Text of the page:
The Supreme Court released another opinion in which the Justices unanimously voted that it is illegal to have 35 foot "buffer zones" around abortion clinics. The decision refers to a Massachusetts law that required protesters to be at least 35 feet away from the entrance to any abortion clinics. Massachusetts, however, is not the only state affected by the ruling. Several states across the country had similar laws, which have all been overturned by this ruling.
The Court based its decision on the protections guaranteed by the First Amendment right to free speech. The Court said that these buffer zone laws placed burden on the protesters who wished to exercise their right to free speech with regards to incoming patients. The buffer zone law was struck down because, on its face, the law was too restrictive and did not attempt to leave any avenue for the peaceful protesters to interact with people who are entering the clinic. The law was instead seen as a blanket infringement on the First Amendment rights of the protesters.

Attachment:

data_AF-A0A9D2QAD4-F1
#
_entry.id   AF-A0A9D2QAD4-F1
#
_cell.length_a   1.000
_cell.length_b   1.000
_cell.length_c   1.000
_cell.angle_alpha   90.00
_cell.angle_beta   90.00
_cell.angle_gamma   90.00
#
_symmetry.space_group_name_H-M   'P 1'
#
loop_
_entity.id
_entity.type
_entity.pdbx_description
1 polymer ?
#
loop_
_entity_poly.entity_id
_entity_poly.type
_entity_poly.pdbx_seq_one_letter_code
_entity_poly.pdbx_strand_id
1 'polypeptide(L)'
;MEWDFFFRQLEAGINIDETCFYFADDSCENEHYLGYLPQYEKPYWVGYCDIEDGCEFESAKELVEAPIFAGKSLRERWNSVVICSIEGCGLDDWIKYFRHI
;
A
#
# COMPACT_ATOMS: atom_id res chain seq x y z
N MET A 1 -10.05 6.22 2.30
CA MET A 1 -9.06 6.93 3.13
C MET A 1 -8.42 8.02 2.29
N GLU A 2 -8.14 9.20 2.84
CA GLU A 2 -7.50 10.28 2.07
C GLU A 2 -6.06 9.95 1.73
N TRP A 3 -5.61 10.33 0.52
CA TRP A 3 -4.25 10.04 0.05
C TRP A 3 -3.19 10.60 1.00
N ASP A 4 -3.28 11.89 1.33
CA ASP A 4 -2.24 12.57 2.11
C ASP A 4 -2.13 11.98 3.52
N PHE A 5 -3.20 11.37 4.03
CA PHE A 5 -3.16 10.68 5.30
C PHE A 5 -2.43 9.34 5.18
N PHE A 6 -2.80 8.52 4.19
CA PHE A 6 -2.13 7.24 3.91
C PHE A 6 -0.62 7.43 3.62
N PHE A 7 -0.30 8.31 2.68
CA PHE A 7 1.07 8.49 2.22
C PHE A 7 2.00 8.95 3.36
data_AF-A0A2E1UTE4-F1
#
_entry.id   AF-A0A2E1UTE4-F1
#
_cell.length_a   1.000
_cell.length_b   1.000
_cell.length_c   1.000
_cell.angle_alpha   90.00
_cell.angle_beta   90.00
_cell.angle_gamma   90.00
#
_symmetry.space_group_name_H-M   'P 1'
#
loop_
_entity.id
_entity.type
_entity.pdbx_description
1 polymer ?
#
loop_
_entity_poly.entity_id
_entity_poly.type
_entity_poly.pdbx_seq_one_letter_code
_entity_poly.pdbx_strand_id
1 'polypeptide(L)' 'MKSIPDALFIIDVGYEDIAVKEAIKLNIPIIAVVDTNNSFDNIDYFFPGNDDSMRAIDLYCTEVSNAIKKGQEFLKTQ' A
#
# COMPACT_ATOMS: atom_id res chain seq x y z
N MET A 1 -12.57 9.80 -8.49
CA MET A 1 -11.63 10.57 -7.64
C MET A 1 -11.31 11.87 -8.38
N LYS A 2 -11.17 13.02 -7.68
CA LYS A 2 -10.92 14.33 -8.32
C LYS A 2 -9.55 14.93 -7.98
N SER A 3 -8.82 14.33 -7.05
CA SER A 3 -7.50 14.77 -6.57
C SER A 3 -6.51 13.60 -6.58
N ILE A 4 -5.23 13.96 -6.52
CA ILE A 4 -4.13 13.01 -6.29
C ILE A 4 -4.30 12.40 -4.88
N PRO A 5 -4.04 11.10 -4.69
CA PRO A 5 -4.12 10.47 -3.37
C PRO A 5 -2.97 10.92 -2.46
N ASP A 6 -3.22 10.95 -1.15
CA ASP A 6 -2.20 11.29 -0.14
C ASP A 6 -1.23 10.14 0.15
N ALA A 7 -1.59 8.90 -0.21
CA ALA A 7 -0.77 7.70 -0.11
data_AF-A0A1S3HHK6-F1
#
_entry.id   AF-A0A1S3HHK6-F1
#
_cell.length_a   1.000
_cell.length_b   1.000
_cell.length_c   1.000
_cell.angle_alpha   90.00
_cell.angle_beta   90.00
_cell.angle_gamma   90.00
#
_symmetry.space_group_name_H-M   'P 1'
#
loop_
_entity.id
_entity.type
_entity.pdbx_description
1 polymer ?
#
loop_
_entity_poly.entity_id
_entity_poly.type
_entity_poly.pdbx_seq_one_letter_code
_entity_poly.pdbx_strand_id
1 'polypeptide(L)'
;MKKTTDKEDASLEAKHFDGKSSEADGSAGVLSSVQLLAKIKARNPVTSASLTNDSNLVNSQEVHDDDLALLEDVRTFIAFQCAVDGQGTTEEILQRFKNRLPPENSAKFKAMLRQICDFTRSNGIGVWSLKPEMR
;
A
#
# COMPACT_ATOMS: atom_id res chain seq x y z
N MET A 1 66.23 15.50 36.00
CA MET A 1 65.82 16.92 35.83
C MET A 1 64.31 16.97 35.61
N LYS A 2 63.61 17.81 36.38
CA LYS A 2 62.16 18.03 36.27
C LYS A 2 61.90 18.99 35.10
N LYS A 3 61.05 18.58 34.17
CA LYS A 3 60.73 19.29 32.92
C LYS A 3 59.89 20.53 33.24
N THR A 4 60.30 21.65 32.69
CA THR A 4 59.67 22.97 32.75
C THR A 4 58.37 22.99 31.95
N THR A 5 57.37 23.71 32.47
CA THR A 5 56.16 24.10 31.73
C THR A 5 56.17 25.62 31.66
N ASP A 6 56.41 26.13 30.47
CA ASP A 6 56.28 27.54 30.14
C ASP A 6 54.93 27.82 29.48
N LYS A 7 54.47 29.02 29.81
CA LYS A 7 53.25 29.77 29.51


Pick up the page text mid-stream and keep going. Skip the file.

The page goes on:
Some, however, say that these laws were necessary for the safety of the patients and staff at these abortion clinics. There has been a history of harassment, fights, and even fatal shootings in the past. Advocates of the buffer zone say that the law was meant for protection, and that the protesters were still able to speak their mind from a safe distance.
Even though the buffer zone law was overturned, this decision did not relate to laws regarding harassment within certain areas of abortion clinics. As harassment is not covered by the First Amendment, the laws restricting harassment near clinics can still be enforced. Advocates of the buffer zone laws say that they will start over, and attempt to find another way to ensure patient safety while staying in line with the most recent Supreme Court decision.